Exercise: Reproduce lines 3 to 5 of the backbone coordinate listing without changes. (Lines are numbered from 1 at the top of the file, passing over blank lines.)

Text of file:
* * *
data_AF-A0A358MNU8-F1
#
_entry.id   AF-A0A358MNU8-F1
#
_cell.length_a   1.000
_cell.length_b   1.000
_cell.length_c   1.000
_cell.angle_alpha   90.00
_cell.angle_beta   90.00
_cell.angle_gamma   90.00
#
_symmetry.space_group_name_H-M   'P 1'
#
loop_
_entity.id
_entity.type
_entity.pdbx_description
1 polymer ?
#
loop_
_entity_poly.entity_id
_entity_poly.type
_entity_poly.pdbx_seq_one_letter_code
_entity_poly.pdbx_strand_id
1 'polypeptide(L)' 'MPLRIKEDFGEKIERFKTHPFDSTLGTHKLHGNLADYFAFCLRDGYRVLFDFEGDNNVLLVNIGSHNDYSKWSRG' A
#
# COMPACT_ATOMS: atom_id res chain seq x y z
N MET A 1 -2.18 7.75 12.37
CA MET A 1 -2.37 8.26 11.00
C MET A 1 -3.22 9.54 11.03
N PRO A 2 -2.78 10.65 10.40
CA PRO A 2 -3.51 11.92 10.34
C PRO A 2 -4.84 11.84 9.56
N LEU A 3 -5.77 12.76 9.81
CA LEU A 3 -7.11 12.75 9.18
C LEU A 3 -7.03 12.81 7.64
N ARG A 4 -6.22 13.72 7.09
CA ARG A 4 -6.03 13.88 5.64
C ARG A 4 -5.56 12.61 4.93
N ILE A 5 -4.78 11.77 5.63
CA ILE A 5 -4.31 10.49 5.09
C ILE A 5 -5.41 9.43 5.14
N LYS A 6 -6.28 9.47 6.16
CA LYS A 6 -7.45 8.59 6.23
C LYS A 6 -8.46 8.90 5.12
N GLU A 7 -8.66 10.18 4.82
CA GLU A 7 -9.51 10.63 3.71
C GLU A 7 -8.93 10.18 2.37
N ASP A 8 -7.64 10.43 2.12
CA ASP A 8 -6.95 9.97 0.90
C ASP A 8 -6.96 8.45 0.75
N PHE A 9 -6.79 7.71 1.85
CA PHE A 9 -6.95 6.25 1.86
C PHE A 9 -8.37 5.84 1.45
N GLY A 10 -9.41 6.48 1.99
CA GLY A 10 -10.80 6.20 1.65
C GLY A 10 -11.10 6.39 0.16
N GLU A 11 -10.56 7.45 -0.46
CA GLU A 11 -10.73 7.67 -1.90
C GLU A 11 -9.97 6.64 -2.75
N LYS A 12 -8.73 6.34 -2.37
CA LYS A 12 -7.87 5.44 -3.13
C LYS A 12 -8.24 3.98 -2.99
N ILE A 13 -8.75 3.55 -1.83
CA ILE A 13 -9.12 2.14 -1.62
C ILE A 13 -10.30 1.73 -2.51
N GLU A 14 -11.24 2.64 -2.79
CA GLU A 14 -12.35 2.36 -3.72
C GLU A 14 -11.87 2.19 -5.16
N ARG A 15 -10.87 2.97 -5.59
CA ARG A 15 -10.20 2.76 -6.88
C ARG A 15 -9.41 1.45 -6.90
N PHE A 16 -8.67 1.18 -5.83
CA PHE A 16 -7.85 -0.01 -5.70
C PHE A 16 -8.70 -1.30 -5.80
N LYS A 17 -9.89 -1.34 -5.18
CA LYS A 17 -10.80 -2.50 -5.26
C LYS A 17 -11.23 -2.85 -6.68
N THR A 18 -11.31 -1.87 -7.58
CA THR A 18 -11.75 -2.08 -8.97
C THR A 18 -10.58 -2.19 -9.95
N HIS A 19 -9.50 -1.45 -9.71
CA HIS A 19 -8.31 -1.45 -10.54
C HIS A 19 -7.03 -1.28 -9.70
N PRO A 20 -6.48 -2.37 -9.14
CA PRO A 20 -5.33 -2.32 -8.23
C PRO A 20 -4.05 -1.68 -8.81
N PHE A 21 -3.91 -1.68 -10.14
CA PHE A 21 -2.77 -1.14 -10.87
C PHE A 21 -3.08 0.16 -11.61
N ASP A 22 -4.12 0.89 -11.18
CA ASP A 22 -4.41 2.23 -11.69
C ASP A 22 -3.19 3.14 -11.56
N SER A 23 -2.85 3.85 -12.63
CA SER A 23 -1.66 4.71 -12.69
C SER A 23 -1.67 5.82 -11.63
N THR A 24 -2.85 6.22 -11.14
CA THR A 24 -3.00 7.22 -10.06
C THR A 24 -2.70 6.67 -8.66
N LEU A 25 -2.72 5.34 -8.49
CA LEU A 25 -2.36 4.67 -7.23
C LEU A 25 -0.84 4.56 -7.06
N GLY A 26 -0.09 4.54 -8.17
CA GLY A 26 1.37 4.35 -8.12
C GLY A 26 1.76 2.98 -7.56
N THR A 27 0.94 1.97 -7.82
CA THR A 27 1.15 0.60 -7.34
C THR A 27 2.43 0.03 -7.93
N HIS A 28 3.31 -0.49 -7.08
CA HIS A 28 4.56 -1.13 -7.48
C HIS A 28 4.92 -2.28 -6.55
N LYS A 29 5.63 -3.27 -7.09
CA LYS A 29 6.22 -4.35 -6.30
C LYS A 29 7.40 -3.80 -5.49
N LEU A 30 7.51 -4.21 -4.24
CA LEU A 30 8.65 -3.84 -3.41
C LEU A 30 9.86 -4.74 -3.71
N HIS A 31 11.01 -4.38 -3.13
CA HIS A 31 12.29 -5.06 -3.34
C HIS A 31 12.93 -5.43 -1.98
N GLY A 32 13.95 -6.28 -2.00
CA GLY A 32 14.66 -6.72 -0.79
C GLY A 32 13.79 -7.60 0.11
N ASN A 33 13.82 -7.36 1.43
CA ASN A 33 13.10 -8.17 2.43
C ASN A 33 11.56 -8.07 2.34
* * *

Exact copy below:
_entry.id   AF-A0A358MNU8-F1
#
_cell.length_a   1.000